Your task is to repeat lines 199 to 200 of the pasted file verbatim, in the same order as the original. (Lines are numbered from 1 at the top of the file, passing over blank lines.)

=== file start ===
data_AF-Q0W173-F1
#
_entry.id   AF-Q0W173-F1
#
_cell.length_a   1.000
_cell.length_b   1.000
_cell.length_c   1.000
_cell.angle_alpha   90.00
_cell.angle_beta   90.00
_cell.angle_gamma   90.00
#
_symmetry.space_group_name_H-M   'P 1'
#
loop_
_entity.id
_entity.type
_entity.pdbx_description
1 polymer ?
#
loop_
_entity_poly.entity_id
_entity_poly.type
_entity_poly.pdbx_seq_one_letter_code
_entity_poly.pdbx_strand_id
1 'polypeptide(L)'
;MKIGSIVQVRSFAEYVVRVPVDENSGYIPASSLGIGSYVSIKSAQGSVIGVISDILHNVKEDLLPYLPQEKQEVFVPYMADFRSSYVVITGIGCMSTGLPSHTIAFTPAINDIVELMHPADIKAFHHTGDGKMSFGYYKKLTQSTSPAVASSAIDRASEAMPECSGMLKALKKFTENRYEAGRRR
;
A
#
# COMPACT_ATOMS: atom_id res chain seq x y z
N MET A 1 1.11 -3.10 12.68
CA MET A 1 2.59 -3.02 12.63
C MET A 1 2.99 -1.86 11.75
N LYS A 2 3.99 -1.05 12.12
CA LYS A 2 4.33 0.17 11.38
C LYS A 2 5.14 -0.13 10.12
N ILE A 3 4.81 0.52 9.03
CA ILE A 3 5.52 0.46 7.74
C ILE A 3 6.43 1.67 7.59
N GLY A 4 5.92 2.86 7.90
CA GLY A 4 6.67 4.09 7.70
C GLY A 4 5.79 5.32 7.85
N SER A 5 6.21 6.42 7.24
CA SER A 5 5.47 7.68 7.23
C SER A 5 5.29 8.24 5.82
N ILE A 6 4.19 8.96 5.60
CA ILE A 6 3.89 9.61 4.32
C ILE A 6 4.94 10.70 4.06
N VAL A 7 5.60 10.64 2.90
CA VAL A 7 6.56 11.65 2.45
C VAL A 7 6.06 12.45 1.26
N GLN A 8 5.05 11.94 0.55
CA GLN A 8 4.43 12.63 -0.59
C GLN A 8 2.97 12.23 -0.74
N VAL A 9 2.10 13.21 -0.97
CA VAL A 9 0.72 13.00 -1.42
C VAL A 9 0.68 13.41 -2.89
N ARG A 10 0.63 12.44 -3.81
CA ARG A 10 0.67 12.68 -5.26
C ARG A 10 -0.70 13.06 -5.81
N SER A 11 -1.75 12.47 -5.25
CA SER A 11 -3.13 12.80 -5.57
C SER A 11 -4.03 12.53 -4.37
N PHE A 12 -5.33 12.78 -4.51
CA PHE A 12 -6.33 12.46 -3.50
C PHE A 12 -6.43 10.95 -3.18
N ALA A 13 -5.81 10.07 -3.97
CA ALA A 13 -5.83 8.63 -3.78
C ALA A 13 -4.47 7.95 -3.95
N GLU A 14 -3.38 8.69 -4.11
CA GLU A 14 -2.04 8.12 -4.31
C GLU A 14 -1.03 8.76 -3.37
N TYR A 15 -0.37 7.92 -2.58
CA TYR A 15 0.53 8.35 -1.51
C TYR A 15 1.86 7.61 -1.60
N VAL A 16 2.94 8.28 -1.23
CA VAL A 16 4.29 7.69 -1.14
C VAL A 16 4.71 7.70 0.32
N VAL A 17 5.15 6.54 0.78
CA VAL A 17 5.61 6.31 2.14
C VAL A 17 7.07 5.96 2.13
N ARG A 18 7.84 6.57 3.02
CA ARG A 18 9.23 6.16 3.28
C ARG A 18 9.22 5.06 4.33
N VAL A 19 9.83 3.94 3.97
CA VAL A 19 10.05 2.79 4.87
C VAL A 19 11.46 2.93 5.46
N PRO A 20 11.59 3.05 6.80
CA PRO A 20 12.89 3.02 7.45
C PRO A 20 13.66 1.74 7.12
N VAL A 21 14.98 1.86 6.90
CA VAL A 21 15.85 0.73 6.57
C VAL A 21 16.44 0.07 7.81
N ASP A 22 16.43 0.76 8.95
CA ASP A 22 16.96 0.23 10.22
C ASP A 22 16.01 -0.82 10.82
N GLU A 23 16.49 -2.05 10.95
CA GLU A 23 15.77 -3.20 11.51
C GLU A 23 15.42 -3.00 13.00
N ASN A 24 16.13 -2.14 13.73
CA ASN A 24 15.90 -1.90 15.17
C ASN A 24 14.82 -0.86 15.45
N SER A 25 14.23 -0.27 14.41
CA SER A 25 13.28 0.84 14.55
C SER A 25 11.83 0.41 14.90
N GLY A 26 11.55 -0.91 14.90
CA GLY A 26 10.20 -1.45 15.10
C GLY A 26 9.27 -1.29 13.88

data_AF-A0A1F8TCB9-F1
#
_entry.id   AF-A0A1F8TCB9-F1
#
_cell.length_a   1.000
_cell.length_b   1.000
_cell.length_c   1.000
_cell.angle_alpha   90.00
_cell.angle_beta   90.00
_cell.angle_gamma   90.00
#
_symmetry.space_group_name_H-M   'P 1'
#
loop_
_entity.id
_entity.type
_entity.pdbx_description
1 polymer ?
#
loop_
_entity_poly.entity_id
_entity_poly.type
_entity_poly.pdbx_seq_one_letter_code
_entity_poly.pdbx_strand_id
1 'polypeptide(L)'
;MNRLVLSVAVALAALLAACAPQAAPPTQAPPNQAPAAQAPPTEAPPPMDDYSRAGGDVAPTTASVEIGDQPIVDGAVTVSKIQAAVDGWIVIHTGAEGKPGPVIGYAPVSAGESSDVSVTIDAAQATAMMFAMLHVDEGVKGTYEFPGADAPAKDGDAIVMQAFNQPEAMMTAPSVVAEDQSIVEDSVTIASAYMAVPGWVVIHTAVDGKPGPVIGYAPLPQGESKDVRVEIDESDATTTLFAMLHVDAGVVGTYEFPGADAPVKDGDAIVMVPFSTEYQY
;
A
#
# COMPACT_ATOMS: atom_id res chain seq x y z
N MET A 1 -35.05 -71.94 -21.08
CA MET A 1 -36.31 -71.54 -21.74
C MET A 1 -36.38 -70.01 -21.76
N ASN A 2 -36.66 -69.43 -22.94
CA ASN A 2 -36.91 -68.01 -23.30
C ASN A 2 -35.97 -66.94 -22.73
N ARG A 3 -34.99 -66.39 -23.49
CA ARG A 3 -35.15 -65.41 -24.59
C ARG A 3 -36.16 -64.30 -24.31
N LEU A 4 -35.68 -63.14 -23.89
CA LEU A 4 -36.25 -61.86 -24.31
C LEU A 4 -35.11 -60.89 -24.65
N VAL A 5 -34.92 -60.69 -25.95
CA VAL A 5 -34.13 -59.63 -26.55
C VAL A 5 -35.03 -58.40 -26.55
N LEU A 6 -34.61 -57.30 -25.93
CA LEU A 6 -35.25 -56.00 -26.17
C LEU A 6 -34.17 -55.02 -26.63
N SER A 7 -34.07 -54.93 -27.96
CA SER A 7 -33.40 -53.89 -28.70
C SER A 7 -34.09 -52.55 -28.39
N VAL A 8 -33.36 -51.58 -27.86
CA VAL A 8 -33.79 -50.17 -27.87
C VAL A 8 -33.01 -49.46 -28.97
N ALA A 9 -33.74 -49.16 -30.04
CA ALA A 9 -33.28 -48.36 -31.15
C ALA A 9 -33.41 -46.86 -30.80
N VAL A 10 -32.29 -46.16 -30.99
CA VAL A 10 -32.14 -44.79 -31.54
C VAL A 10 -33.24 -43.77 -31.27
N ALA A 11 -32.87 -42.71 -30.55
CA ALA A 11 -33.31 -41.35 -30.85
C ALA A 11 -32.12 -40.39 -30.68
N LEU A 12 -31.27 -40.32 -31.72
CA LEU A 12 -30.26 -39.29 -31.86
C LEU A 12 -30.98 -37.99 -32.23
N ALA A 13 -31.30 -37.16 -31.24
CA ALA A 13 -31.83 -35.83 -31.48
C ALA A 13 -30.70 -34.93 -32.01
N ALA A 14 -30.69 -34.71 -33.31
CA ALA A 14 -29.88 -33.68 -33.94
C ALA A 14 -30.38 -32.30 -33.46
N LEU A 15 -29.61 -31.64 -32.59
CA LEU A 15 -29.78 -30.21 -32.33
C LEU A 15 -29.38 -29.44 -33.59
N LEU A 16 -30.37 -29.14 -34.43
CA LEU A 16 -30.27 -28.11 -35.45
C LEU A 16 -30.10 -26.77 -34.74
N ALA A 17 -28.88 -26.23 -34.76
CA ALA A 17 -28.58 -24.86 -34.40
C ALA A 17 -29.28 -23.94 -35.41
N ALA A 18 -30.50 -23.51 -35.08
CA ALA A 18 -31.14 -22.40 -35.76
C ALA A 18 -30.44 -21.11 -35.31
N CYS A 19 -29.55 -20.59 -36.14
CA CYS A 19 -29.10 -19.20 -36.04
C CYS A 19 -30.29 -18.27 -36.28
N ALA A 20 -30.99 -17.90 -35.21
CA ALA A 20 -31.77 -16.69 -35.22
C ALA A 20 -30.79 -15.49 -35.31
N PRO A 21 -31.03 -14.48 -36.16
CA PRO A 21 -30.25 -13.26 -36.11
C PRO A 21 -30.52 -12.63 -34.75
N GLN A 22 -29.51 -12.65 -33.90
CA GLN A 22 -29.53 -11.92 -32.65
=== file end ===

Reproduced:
N PRO A 21 -31.03 -14.48 -36.16
CA PRO A 21 -30.25 -13.26 -36.11